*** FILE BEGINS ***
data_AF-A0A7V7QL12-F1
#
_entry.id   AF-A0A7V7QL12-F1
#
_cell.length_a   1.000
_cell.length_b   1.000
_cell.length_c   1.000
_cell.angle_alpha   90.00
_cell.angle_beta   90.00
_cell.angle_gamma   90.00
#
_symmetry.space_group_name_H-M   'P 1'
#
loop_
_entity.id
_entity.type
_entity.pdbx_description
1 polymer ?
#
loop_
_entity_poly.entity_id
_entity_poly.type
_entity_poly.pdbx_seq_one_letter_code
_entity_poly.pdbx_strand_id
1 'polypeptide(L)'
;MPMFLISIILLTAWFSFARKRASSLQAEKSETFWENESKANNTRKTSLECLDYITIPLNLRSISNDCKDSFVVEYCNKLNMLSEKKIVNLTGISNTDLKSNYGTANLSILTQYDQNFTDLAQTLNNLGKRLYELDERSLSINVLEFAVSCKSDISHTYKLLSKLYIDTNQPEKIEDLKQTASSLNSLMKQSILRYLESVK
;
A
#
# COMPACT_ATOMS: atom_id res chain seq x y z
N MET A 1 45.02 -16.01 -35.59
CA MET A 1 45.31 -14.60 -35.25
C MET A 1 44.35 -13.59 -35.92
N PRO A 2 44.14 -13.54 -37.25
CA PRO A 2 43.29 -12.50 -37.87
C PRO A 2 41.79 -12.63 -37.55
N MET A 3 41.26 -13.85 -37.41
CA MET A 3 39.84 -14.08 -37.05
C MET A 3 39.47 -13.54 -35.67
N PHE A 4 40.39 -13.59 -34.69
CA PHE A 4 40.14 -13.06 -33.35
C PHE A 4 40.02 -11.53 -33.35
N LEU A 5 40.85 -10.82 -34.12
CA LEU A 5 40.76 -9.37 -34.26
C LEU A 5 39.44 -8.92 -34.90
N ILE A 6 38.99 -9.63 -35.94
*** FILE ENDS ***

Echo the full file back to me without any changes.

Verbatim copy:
data_AF-A0A7V7QL12-F1
#
_entry.id   AF-A0A7V7QL12-F1
#
_cell.length_a   1.000
_cell.length_b   1.000
_cell.length_c   1.000
_cell.angle_alpha   90.00
_cell.angle_beta   90.00
_cell.angle_gamma   90.00
#
_symmetry.space_group_name_H-M   'P 1'
#
loop_
_entity.id
_entity.type
_entity.pdbx_description
1 polymer ?
#
loop_
_entity_poly.entity_id
_entity_poly.type
_entity_poly.pdbx_seq_one_letter_code
_entity_poly.pdbx_strand_id
1 'polypeptide(L)'
;MPMFLISIILLTAWFSFARKRASSLQAEKSETFWENESKANNTRKTSLECLDYITIPLNLRSISNDCKDSFVVEYCNKLNMLSEKKIVNLTGISNTDLKSNYGTANLSILTQYDQNFTDLAQTLNNLGKRLYELDERSLSINVLEFAVSCKSDISHTYKLLSKLYIDTNQPEKIEDLKQTASSLNSLMKQSILRYLESVK
;
A
#
# COMPACT_ATOMS: atom_id res chain seq x y z
N MET A 1 45.02 -16.01 -35.59
CA MET A 1 45.31 -14.60 -35.25
C MET A 1 44.35 -13.59 -35.92
N PRO A 2 44.14 -13.54 -37.25
CA PRO A 2 43.29 -12.50 -37.87
C PRO A 2 41.79 -12.63 -37.55
N MET A 3 41.26 -13.85 -37.41
CA MET A 3 39.84 -14.08 -37.05
C MET A 3 39.47 -13.54 -35.67
N PHE A 4 40.39 -13.59 -34.69
CA PHE A 4 40.14 -13.06 -33.35
C PHE A 4 40.02 -11.53 -33.35
N LEU A 5 40.85 -10.82 -34.12
CA LEU A 5 40.76 -9.37 -34.26
C LEU A 5 39.44 -8.92 -34.90
N ILE A 6 38.99 -9.63 -35.94